When someone dies you are confronted not only with dealing with your own grief, but also with a
wide range of situations which will appear strange and somewhat daunting. At Brian Ruff Angus
& Jewers we aim to provide a sympathetic and professional service to help you deal with this
Our probate specialist is Mrs Janice King, who has been a qualified solicitor for over 22 years. Mrs King can assist you with the administration of estates, preparation of Wills and elderly client services, such as advice on Inheritance Tax planning and care home fees and the preparation of Lasting Powers of Attorney.
We detail below the procedures for acting as an Executor in the administration of an estate. This brief guide aims to provide you with details of the basic steps which will need to be taken
and to explain some of the legal terms you will encounter.
Who Deals with the Estate?
The general name for a person appointed to deal with an estate is the personal representative.
Where the Deceased has appointed a personal representative in their Will they will be referred to
as their Executor. The Executor will deal with the estate in accordance with the terms of the
Where the Deceased did not leave a Will (i.e. they died intestate) the personal representative is
referred to as the Administrator and the person appointed must be in accordance with the rules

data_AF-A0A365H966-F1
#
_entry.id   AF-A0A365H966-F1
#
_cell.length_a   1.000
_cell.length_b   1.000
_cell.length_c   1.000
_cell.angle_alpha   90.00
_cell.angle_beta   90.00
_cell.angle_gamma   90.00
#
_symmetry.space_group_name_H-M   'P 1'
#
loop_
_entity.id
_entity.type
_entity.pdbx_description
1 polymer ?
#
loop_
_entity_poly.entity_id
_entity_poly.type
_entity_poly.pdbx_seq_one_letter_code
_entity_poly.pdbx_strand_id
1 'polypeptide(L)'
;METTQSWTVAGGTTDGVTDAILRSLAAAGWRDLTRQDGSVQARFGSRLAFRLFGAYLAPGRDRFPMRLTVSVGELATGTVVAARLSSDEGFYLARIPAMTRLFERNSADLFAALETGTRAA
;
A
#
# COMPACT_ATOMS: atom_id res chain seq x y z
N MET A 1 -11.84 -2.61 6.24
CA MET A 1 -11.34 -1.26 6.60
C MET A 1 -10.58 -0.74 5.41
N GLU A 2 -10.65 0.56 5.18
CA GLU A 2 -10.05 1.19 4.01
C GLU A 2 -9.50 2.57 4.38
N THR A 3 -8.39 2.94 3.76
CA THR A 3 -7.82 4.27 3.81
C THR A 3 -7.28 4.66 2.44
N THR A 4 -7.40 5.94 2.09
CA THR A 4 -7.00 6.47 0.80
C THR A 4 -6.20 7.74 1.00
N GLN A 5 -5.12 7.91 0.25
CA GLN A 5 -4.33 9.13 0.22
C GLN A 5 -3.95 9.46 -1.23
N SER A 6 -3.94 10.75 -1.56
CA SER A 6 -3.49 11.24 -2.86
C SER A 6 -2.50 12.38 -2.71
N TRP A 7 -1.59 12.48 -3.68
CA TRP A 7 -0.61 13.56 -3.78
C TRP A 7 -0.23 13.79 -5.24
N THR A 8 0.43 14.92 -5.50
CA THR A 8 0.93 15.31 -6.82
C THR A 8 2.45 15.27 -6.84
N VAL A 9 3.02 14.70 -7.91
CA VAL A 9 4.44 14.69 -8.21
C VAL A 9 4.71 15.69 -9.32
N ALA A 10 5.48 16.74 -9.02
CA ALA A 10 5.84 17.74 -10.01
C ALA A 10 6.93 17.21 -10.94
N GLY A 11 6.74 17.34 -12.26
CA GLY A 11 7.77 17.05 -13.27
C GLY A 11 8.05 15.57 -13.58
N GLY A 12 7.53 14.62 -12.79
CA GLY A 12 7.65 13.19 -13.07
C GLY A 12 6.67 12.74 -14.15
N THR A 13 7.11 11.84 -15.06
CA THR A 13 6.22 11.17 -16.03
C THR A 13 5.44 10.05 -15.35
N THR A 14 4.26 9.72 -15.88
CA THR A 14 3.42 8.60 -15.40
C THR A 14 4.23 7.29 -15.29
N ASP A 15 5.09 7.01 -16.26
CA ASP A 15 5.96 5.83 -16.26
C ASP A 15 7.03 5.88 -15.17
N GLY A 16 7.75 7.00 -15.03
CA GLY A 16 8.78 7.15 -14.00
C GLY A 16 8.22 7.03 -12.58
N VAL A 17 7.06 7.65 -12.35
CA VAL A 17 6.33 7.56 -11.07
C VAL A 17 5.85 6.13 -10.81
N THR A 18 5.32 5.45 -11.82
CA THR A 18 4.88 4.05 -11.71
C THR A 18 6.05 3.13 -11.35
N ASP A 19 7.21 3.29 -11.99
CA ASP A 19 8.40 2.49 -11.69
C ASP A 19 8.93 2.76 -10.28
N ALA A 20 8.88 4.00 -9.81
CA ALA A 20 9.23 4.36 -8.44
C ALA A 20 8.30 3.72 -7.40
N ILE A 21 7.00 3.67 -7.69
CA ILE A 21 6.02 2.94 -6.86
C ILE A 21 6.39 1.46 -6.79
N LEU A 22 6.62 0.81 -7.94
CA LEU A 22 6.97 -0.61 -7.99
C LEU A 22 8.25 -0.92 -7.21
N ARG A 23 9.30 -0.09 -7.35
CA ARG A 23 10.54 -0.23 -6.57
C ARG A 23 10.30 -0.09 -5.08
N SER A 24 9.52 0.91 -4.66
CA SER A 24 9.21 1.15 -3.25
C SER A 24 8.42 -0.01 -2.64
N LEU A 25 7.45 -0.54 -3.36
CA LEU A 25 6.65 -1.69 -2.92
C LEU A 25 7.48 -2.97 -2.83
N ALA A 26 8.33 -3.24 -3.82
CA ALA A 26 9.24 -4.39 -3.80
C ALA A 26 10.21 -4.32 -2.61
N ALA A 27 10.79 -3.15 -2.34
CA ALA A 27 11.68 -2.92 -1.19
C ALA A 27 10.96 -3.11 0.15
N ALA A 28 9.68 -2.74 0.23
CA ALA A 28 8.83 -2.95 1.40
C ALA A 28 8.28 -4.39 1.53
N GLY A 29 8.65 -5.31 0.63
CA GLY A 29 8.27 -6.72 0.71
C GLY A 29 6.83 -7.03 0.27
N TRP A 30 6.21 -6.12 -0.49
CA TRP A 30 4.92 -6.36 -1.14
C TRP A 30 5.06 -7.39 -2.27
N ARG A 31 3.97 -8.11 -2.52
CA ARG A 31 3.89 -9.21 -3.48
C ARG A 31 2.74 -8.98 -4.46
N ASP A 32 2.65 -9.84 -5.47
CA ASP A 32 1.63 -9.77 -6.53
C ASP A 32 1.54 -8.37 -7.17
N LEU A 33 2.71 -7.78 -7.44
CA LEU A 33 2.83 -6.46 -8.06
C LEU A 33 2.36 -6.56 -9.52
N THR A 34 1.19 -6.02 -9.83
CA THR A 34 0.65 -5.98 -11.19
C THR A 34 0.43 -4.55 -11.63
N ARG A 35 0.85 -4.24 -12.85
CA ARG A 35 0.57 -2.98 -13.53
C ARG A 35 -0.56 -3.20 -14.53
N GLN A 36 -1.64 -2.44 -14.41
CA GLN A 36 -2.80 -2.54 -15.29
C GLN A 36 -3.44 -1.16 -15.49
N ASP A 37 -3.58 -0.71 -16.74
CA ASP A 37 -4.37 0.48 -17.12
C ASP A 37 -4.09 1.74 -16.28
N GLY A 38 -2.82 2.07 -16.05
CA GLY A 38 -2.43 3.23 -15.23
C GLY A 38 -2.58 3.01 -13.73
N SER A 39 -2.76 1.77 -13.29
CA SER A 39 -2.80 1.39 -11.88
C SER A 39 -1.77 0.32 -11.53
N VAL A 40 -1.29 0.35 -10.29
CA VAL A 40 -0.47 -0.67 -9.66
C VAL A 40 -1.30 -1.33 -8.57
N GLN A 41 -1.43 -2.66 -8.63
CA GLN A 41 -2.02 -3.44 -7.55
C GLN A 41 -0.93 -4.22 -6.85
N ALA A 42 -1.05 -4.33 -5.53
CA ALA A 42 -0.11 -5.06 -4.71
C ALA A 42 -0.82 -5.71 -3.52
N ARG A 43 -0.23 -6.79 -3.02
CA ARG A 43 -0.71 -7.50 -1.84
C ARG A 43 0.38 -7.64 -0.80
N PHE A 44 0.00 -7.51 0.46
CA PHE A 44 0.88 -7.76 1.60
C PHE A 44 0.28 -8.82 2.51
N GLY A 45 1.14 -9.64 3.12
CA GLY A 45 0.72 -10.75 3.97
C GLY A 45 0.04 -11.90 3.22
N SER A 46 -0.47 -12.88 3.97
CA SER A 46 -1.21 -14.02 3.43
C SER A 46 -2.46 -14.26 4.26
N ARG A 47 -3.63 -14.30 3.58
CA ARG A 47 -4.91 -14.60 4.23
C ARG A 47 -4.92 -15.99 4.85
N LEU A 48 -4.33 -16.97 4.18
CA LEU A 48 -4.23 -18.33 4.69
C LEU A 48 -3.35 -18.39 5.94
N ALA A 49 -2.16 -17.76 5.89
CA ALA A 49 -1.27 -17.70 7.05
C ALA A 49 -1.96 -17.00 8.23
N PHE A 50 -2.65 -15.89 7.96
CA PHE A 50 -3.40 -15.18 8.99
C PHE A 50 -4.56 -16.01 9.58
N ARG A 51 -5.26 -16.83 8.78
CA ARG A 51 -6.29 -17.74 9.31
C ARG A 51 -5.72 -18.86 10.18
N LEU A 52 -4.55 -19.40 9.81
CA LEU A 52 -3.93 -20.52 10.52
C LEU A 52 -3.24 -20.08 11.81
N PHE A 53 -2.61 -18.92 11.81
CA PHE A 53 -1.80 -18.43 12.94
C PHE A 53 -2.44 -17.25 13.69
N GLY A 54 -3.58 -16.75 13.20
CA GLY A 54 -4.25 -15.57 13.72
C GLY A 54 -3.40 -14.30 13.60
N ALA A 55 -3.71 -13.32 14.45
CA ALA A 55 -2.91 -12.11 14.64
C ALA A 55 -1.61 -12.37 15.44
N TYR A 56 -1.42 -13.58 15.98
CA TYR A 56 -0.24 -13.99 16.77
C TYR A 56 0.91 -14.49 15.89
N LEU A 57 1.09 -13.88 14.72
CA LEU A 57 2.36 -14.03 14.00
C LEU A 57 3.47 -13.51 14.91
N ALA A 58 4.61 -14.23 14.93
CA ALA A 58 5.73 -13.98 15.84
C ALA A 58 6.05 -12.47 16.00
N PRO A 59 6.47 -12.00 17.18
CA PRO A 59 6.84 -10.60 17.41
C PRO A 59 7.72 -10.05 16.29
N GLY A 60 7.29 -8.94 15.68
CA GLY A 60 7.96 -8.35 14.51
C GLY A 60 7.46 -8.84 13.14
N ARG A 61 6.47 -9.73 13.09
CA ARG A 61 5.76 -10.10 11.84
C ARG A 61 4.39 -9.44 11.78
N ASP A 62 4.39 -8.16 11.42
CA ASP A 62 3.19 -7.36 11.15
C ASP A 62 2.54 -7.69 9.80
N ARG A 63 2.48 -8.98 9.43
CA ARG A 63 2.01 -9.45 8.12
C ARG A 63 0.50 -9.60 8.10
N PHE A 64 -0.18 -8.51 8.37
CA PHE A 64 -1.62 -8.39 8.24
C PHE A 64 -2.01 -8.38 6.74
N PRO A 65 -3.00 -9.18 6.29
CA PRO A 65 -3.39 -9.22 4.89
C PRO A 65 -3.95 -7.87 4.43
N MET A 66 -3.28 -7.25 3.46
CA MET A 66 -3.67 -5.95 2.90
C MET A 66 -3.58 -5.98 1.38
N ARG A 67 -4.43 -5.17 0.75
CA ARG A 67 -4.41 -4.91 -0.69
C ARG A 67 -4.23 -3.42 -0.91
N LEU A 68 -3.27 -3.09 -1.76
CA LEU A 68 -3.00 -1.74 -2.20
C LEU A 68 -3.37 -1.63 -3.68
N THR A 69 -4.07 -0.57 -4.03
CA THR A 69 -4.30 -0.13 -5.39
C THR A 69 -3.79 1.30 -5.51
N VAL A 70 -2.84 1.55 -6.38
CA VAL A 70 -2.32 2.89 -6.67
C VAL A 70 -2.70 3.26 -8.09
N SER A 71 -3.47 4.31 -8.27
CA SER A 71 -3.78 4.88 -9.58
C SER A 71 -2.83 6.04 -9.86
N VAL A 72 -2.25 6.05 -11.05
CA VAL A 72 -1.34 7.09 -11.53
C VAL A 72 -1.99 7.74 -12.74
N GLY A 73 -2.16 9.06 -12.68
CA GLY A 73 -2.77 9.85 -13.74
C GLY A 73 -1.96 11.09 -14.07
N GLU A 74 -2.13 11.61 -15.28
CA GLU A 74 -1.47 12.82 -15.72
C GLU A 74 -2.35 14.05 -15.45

laid down by law. The estate will also be distributed amongst relatives in accordance with
What will the Personal Representative have to do?
The following points set out some of the basic steps:-
1. Register the death with the Registrar in the area where the death occurred.
2. Establish the whereabouts of any current Will.
3. Ensure that the possessions and property of the deceased are secure. It is particularly
important to check that any property is properly insured.
4. Arrange the funeral and contact family and friends of the deceased.
5. Gather together details of the Deceased's assets and liabilities.
6. Make sure that the DWP, H. M. Revenue & Customs and any employer or pension office are contacted to
advise them of the death.
7. Once this information has been compiled it will then be necessary to establish whether any
Inheritance Tax needs to be paid.
8. Apply for the Grant of Representation - the grant must normally be supplied to the organisations
before they will release funds due to the estate.
9. Payment of Inheritance Tax - When dealing with an estate where Inheritance Tax is payable it
will be necessary for at least part of this to be paid before being able to take out the grant.
Your solicitor will be able to advise you as to the best method for arranging payment.
10. When dealing with a relatively small estate it is worth noting that some organisations may be
prepared to release funds where the assets held do not exceed £15,000, but they will normally
require an indemnity from the Executor.
11. Once funds due to the estate have been received it is then necessary to pay any outstanding tax
and other debts which may be due from the estate.
12. Prepare formal estate accounts detailing money received and paid on behalf of the estate.
13. Finally, once all funds have been received and all debts paid, it will then be possible to make
a final distribution of the estate to the beneficiaries.
If you have any queries or would like to book an appointment please contact one of Mrs King's secretaries, Vivien Houghton or Claire Dermott, either by phone on 01268 761126, or via email to email@example.com
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© Brian Ruff Angus & Jewers 2008